So. Here are my fave looks from Milan, in no particular order. The 'statement' looks rarely interest me (note a lack of Burberry's big coats) but rather I find myself captivated by the tiny details: a uniquely tied scarf at Burberry, un-tucked shirts at Bottega Veneta, and low belt-loops at Viv Westwood...
There you have it. If all men in my life could pick a look, buy, and wear..? Much appreciated.
Much Milano Love, Tasha X
Friday, 14 January 2011
And thus it occured to me that I must go. Away. I must do something great, in my mind, to forge my path. Something totally apart from the countryside idyll I was born into. London is not enough, not yet.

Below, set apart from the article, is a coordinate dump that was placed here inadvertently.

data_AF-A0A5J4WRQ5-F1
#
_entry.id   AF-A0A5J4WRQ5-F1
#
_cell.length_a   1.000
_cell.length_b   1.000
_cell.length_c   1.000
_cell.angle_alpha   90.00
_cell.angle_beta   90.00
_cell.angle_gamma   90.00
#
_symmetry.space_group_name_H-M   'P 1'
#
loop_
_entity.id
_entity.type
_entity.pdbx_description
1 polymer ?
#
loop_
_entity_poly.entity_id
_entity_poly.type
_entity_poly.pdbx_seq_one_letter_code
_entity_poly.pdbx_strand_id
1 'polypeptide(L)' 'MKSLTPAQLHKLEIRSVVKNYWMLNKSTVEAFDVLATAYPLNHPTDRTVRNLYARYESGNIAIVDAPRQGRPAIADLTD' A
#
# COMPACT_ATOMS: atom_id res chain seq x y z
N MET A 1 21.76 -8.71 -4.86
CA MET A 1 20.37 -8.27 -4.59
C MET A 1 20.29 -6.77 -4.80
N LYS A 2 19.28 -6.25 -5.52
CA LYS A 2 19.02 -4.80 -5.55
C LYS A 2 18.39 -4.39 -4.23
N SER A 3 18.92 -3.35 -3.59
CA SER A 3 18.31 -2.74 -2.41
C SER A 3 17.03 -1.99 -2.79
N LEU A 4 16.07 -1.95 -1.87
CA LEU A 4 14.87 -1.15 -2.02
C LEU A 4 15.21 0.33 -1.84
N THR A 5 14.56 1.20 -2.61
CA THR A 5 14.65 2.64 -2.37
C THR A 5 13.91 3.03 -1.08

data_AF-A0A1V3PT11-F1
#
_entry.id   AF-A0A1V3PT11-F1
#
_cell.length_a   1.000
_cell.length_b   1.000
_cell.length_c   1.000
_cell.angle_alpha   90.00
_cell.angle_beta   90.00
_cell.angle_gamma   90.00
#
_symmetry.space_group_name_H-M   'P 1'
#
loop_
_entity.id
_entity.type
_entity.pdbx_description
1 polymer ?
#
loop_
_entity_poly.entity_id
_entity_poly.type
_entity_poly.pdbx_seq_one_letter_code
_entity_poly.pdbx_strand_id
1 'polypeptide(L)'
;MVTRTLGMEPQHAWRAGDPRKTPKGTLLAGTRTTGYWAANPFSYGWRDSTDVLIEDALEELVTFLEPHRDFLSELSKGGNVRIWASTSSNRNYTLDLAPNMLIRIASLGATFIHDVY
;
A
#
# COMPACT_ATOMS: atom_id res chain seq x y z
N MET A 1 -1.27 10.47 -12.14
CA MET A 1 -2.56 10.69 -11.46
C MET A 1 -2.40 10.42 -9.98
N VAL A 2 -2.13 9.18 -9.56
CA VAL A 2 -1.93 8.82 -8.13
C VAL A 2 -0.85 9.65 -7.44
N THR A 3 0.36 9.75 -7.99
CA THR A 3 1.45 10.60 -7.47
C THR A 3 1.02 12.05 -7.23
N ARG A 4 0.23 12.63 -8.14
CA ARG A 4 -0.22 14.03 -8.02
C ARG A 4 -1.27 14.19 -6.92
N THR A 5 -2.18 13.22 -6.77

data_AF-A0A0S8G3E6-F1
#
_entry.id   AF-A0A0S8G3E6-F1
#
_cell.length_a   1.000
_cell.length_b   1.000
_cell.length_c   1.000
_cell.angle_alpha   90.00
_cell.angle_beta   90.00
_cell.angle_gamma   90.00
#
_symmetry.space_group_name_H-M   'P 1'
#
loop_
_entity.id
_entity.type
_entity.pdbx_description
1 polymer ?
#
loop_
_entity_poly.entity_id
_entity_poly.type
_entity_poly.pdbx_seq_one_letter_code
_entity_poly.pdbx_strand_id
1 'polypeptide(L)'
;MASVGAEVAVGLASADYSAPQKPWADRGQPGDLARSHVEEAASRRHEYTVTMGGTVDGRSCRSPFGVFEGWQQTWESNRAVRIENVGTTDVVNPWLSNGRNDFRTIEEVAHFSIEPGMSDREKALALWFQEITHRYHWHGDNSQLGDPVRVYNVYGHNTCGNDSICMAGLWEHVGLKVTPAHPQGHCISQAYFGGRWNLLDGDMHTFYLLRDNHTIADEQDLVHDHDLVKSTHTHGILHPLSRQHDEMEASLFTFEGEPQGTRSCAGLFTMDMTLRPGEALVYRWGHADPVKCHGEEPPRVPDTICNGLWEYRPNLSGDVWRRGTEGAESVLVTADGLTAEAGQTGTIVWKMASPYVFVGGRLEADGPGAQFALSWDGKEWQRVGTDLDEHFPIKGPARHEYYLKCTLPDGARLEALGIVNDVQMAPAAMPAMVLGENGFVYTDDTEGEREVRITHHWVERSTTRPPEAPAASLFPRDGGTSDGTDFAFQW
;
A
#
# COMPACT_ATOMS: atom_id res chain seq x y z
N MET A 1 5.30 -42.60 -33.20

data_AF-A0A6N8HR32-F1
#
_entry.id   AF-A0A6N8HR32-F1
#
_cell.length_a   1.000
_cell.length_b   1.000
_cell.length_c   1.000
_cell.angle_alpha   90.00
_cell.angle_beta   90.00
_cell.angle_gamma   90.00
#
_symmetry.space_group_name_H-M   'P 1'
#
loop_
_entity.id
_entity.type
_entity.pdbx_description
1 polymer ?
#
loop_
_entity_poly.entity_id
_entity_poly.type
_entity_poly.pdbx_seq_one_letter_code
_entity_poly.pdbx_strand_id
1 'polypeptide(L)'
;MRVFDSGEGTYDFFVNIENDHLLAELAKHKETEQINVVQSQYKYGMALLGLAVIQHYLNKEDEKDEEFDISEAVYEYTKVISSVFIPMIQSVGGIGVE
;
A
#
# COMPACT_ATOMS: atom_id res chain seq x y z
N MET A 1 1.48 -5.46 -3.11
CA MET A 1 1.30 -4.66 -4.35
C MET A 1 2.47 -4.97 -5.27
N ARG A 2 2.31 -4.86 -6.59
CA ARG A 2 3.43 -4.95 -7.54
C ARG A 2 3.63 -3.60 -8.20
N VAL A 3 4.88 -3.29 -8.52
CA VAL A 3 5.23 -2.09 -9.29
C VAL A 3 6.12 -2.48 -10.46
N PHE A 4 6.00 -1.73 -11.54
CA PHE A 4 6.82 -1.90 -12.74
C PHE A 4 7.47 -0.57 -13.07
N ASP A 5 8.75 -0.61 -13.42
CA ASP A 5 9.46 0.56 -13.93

New York is the plan. I will explore all avenues for placement there in my second year. And then...
Perhaps a case of too much Sex and the City and Gossip Girl, but in my heart New York seems to be IT.
Everyone needs dreams, mine are just bigger than others.
"God gives us dreams a size too big so that we can grow into them" - Carine Roitfield
Sometimes I forget I study at the London College of Fashion.
The first term of uninspiring project work (the notorious ISHE) and banal journalism basics lectures combined with a burgeoning homesickness and feelings of not quite fitting in, culminated in a strange disconfidence with my chosen path.
I loved my course, I loved London, I loved the people I had met, but something wasn't quite right. A certain satisfaction was missing. Was I really part of a world-famous 'fashion' college?